2013 Version


Main Menu

Fauna - Animals or animal life of a particular region or a particular time. [New Zealand Journal of Zoology; v15; 577; 1988.] [Biological Conservation; v46; 169; 1988.] [Palaeogeography, Palaeoclimatology, Palaeoecology; v305; 264-279; 2011; DOI:10.1016/j.palaeo.2011.03.007]

Feedback Cycle - The increase of the input into a system, which produces a negative or a positive output in a system of interlocking components; the return of a part or the effects of the output to the input. A proposed positive feedback cycle involves the outgassing of carbon dioxide from the planet's oceans: Since CO2 solubility in water decreases with temperature and since CO2 is a greenhouse gas, a positive (and possibly runaway) feedback cycle might involve the following: increased greenhouse warming of the atmosphere by IR absorbing CO2 in the gas phase--and the subsequent heating of the oceans--could increase the amount of carbon dioxide released into the atmosphere from the oceans. This might thereby increase greenhouse warming, which would, in turn, again heat the atmosphere and the ocean, etc. This is an amplification of the input: positive feedback: leads to more warming. Though the process is no doubt more complicated than this, a runaway greenhouse effect is usually given as the reason for Venus' high surface temperatures so a planet-wide process of this type is not unknown.

Conversely, a negative feedback cycle might consist of the increase in release of dimethyl sulfide (DMS) by ocean surface microorganisms whose population is increased by ocean warming. DMS oxidation in the troposphere leads to sulfate aerosol formation which act as cloud condensation nuclei in the marine troposphere. Increased CCN would increase cloud albedo which increases reflect incoming solar radiation, thereby cooling the oceans. This is an dampening of the input: negative feedback: leads to termination of the original warming. [Water, Air, Soil Pollution.; v70; 615; 1993.] [Tellus B; v43; 152–163; 1991; DOI:10.1034/j.1600-0889.1991.t01-1-00013.x] [Atmospheric Environment; v39; 2089-2110; 2005; DOI:10.1016/j.atmosenv.2004.12.029]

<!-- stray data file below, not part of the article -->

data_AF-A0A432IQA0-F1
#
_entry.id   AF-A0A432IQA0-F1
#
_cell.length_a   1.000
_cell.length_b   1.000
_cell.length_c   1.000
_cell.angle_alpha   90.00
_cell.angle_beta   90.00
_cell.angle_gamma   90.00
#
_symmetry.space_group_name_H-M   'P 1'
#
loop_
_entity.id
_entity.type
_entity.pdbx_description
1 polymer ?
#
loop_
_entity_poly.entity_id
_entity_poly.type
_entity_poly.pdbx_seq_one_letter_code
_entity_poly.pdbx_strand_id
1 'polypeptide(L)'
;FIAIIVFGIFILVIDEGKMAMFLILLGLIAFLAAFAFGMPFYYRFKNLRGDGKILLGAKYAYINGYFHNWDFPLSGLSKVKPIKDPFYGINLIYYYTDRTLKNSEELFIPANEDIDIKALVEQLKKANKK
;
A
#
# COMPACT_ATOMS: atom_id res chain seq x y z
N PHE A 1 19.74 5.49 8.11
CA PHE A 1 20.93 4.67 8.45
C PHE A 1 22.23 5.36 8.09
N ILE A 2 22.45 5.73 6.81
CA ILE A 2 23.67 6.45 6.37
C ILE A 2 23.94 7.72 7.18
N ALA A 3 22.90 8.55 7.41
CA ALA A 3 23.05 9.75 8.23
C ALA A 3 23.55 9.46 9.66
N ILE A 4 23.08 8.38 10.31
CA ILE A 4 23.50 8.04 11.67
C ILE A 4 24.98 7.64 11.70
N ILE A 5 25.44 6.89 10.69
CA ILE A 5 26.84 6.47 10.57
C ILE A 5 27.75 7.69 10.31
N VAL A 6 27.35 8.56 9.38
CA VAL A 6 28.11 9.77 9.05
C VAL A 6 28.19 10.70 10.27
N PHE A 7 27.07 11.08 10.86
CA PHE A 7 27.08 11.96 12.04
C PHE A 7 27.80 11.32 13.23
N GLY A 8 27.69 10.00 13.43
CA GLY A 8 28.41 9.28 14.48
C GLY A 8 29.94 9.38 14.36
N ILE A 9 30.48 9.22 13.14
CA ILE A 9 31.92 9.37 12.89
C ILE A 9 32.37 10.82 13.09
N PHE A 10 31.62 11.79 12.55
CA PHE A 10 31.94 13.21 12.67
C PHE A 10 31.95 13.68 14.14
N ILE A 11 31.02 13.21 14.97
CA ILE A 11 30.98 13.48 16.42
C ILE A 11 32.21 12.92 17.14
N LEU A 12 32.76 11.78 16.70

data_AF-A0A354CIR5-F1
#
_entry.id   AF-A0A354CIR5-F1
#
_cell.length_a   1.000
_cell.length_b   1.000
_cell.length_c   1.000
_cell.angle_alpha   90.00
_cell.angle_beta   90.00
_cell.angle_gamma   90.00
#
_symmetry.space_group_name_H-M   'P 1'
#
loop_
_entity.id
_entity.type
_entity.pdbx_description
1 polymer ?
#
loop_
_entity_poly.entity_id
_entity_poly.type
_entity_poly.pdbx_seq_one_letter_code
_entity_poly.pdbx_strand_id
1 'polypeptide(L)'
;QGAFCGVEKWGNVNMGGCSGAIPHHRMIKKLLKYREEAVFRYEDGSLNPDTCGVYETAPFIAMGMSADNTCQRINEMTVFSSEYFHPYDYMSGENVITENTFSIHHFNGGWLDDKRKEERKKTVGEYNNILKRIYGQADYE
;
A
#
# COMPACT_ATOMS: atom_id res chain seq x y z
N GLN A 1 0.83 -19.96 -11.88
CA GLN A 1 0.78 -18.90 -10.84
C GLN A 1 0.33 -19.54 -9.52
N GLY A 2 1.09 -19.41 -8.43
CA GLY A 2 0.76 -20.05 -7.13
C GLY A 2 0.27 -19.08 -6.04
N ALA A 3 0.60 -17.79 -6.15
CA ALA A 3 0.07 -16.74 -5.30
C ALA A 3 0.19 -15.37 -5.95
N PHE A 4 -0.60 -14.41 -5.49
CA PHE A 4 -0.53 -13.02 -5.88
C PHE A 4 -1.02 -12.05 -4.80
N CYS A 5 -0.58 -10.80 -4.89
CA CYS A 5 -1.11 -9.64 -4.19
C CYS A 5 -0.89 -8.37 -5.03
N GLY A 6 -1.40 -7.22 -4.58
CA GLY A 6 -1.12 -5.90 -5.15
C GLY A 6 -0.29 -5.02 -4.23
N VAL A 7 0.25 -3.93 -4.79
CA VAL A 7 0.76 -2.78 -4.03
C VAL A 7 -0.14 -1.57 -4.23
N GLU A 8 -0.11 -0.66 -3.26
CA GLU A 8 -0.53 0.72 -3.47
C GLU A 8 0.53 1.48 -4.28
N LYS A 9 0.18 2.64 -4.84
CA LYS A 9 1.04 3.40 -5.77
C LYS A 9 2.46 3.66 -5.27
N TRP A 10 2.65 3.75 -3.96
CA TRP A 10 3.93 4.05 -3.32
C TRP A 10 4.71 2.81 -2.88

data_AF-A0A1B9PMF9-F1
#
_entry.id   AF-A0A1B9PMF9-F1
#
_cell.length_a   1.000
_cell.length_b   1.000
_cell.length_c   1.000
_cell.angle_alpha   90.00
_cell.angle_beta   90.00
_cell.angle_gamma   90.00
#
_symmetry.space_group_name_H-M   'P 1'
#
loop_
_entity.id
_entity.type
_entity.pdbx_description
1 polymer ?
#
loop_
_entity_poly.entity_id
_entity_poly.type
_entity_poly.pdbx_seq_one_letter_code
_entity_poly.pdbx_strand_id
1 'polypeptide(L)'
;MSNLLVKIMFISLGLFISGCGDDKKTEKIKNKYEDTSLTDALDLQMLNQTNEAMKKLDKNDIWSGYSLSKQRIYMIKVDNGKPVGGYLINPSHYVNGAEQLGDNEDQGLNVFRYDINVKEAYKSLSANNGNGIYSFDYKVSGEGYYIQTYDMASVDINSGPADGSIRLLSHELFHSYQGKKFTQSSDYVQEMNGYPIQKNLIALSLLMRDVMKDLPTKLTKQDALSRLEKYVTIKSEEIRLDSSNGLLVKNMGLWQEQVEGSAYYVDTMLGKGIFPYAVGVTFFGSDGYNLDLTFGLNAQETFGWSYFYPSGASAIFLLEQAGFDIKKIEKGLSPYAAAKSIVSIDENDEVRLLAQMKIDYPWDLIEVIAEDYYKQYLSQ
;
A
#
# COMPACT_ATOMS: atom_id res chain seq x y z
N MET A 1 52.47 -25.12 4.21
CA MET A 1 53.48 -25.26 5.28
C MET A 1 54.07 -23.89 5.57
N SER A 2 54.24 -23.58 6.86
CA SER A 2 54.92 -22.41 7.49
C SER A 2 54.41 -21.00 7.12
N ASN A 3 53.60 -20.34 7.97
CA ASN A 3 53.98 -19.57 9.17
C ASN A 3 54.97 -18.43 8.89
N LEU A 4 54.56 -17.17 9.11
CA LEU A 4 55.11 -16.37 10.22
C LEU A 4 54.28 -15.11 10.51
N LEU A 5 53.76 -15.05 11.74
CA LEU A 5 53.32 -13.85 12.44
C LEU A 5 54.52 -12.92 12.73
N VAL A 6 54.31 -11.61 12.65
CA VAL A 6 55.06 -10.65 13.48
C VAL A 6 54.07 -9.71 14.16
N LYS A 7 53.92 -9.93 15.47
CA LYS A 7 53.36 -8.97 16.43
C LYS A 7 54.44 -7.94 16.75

Fermentation - A type of anaerobic respiration which uses atoms other than oxygen as the final electron acceptor. Fermentation occurs in bogs and marshes resulting in the production of CH4 and CO2 as well as other compounds such as ethanol, lactic acid, butyric acid, and acetone. [Biochemical Engineering Journal; v27; 110-119; 2005; DOI:10.1016/j.bej.2005.08.015] [Atmospheric Environment; v42; 7786-7794; 2008; DOI:10.1016/j.atmosenv.2008.04.052]

Firn - Granular snow that has endured a summer without melting and will transform into glacial ice. [Annals of glaciology; v18; 208; 1993.] [Cold Regions Science and Technology; v21; 295; 1993; DOI:10.1016/0165-232X(93)90072-G] [Earth Planetary Science Letters; v293; 359-367; 2010; DOI:10.1016/j.epsl.2010.03.003]

Fixed Gases - The gases in earth's atmosphere whose concentrations are considered stable or invariable. This includes gases such as O2, N2, and the noble gases, as opposed to variable gases such as CH4 and CO2 whose concentrations change because of reactivity or because there are large atmospheric sinks such as vegetation in the case of CO2. [Chemical Geology; v176; 1-30; 2001; DOI:10.1016/S0009-2541(00)00405-8]

Flora - A plant or plant life of a specific region or particular period. [Madrono; v35; 202; 1988.] [Blumea; v33; 395; 1988.] [Review Palaeobotany Palynology; v144; 181-219; 2007; DOI:10.1016/j.revpalbo.2006.07.003]

Flue Gas - Gaseous chemical products from combustion-based power plants using hydrocarbons such as coal or natural gas as fuels. This is the exhaust from the chemical reactions that provides the heat to boil water to turn turbines to produce electricity. Historically between 3 and 15% of power plant flue gas is carbon dioxide. This definition is not strictly accurate becase flue gas could be any gaseous products exhausted from an inductrial process. [International Journal of Greenhouse Gas Control; v2; 9-20; 2008; DOI:10.1016/S1750-5836(07)00094-1]